It’s easy to scoff at the concept behind Disconnect. Oh yeah, we’re becoming a bunch of online zombies. Cell phones are ruining the world. Our identities will be stolen on the Internet. Sex chat rooms, blah, blah, blah… I hear yah! In one ear, out the other. You’re not telling me anything I don’t already know… Now, where do I input my social security number and you’re telling me you need my credit card number and security code to finalize this purchase? Well, here yah go!
Yes, identities are stolen over the Internet. Yes, porn and sex cams exist. Yes, people are taken advantage of and school kids can be cruel. All of this is true… So why would a film about it make us roll our eyes?
The reason I was a skeptic walking into Disconnect wasn’t necessarily the subject matter, but the fact it looked like Crash with cellphones. One of those coincidence driven films where everyone is tied to everyone else in ways they don’t know and will all inevitably come together in the end in some, supposedly, profound way.
I assumed by using the soulless cellular age to tell the story the film would reach a point where the enemy might be our next door neighbor only we’re too preoccupied playing “Angry Birds” to know it. In a way, I was right, but director Henry Alex Rubin and screenwriter Andrew Stern were able to tell the story in ways that worked, never making me think of the coincidence factor, and pulled off an ending that was eloquent enough for me to remain on board. I left feeling I’d seen a movie that realized its limitations and, as a result, was able to exceed expectations.
I don’t want to get too entrenched in telling you all the details of the film since there are simply too many characters and what’s really the point? However, here are a few bullet points…
Jason Bateman plays a father that’s lost in his work and therefore lost touch with his son (Jonah Bobo). Meanwhile, his son is a bit of a loner and some kids at school are using a fake Facebook account to cyber-bully him. Frank Grillo is a widower and single father whose son hates him, Andrea Riseborough is a TV news reporter looking to make a name for herself, Max Thieriot is a teenager working for a sex cam service and Paula Patton plays a woman who, along with her husband (Alexander SkarsgÃ¥rd), is about to have her identity stolen. Was it the guy from The Girl with the Dragon Tattoo (Michael Nyqvist) that stole it? You’ll have to watch to find out.
These storylines play out over the course of the film’s 115 minutes, all connecting in some way, and you could easily argue for one to be cut if not two, giving us a greater chance to know the characters. I’d be the first to argue it’s a little long, but Rubin does his best to juggle multiple storylines and manages to focus on something other than cell phones and Facebook as often as possible.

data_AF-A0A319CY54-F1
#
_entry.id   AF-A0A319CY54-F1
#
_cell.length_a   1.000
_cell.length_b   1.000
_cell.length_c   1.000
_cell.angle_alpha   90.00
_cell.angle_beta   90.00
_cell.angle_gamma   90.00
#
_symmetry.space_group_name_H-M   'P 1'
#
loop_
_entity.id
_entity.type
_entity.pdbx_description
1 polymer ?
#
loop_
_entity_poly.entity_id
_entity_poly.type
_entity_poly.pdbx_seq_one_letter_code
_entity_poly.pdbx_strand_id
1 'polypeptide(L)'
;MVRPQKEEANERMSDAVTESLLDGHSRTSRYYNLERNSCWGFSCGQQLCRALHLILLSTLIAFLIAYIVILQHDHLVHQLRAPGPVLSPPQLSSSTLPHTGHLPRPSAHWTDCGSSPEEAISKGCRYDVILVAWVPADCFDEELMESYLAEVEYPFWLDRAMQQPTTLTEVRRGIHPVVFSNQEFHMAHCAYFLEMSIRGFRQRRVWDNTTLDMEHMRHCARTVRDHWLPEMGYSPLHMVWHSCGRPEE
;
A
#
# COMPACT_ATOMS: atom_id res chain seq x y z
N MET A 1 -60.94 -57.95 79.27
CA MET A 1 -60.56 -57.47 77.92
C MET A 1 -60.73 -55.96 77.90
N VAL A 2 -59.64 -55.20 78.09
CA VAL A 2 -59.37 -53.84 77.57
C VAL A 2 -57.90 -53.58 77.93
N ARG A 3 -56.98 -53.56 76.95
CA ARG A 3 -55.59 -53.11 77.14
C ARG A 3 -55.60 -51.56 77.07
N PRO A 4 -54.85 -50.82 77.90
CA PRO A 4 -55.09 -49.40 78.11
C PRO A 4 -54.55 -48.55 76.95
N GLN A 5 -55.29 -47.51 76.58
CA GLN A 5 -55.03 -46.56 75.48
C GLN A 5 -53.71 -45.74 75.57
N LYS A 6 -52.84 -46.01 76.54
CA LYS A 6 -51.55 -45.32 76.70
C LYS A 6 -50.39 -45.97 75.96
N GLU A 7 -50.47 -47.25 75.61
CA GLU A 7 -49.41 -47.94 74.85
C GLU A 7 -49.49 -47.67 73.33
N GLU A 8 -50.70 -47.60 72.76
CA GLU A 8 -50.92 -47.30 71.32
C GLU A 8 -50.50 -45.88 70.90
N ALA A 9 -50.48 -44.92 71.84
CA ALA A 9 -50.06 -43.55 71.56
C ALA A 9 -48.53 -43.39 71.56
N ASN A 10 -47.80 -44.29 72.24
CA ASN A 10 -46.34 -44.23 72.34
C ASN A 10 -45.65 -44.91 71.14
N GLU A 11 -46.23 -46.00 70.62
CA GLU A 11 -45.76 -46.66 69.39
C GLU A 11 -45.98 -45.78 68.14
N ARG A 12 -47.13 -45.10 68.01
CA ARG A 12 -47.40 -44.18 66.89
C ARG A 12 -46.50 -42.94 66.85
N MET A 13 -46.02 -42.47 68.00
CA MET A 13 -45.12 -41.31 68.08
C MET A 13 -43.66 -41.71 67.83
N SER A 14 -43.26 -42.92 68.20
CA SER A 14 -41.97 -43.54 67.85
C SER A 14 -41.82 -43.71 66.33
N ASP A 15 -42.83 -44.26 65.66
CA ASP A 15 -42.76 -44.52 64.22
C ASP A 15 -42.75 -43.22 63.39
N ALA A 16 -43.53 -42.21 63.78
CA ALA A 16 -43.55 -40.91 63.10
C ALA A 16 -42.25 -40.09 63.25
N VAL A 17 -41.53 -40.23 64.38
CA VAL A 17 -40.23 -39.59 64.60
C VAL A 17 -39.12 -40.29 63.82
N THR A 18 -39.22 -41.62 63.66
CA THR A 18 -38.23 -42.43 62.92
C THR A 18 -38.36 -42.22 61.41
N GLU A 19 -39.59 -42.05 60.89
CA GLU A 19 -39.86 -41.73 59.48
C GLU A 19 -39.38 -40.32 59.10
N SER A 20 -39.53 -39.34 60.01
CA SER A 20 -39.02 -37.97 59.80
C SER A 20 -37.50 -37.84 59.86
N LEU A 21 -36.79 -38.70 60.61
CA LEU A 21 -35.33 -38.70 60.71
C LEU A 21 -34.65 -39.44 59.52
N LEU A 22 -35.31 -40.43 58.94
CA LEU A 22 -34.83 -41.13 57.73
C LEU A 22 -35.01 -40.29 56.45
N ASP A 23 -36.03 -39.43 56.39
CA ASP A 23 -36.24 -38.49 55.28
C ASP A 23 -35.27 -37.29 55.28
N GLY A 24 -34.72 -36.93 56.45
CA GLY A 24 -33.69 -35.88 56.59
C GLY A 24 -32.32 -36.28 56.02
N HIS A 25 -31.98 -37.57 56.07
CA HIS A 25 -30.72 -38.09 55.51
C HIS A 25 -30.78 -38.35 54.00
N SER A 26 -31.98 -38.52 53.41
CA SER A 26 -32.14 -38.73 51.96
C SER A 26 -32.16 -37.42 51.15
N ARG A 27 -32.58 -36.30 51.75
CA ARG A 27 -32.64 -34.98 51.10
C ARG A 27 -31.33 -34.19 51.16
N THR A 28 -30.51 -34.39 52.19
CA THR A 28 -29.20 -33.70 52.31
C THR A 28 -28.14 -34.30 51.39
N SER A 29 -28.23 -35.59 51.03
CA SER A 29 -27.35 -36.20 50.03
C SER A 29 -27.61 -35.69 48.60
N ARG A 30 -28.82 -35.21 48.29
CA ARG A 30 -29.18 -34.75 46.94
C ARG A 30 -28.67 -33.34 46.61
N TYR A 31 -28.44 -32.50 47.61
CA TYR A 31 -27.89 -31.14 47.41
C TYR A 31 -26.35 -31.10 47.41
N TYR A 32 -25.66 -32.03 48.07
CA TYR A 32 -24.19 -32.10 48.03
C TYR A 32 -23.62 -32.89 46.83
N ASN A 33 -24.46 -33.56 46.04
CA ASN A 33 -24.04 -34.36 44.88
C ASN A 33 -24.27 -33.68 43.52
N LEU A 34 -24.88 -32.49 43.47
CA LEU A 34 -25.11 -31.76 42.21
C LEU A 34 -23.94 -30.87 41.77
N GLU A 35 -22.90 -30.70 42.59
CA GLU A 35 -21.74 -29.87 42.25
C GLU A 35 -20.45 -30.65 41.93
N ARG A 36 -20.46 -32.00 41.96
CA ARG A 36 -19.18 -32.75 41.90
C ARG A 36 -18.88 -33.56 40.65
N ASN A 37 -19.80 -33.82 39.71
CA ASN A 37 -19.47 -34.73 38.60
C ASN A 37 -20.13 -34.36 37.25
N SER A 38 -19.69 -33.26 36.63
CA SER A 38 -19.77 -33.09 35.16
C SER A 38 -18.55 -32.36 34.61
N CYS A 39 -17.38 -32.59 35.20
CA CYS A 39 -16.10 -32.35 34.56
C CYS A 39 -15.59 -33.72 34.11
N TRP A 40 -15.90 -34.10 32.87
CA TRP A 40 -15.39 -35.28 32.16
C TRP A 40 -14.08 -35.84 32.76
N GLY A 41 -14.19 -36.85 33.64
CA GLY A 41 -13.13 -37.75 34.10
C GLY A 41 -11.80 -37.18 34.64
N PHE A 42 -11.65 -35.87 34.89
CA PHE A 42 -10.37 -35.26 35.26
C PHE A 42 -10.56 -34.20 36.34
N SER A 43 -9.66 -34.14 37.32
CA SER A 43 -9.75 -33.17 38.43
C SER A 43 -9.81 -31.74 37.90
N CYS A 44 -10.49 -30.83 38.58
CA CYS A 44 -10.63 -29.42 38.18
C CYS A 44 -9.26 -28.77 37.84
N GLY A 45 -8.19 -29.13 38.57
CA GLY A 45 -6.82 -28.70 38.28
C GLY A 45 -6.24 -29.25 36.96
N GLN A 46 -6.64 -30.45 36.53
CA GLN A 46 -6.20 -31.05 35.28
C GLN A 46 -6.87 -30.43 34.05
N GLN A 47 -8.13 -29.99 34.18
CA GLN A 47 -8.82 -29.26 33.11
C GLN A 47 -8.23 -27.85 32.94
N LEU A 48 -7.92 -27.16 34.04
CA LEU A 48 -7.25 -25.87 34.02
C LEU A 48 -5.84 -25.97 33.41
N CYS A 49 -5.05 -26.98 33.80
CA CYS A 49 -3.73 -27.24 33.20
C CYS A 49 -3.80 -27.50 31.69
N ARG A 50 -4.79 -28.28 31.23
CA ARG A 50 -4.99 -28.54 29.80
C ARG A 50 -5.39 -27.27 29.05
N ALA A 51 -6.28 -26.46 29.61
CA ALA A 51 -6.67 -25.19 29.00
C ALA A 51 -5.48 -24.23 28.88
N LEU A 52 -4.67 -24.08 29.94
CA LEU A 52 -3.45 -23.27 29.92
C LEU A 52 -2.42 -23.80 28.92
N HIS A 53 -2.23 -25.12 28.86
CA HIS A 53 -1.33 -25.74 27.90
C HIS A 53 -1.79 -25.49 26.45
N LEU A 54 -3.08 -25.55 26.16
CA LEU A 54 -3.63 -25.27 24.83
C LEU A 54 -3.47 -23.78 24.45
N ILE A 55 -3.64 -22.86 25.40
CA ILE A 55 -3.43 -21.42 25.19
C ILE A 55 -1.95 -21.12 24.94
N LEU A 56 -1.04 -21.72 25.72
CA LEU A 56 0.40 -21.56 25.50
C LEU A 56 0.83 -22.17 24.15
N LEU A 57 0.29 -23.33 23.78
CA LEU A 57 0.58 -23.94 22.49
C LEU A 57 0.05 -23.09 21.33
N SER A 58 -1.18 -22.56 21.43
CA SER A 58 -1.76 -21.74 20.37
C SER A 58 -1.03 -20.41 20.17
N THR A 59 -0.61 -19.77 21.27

Best known as the Oscar-winning director of the 2005 documentary Murderball, Disconnect serves as Rubin’s first narrative feature and he definitely can handle a narrative, which makes me wonder what he could do with something a little more intimate and complex on a much more human level as the complexities here are largely in wrangling this massive narrative.
What struck me, though, was his handling of the finale, which didn’t come as a major crescendo as much as it played like a fine-tuned aria, capturing specific moments in slow motion, allowing everything to sink in. The beauty is in his decision to present it in slow motion rather than forcing the characters to verbalize everything. It’s the knock-out moment of the film and the fact it’s what he was building toward makes it all the better.
I don’t need characters to regurgitate the film’s themes back to me. If you’re a competent filmmaker the story should have that handled. Like I said in the opening, we aren’t dealing with new found territory here. Instead we’re dealing with multiple levels of crisis and their resolution. This is a film that electroshock’s its digitally obsessed characters into coherence only to find the world around them crumbling in ways their iPhones can’t repair the damage. How will they react? How would you react?
Additionally, I loved Rubin’s musical choices and Max Richter‘s score offers a perfect musical balance, creating the exact right mood along the way.
Disconnect is by no means a “best of the year” candidate, but it manages to achieve a level of accomplishment it really has no right to attain and it does it by merely staying the course and never playing its scenes too big. The cast is up to the task and I can understand why some may shy away from this one, but those that find it in theaters will be happy they did and those that find it at home will wonder what took them so long.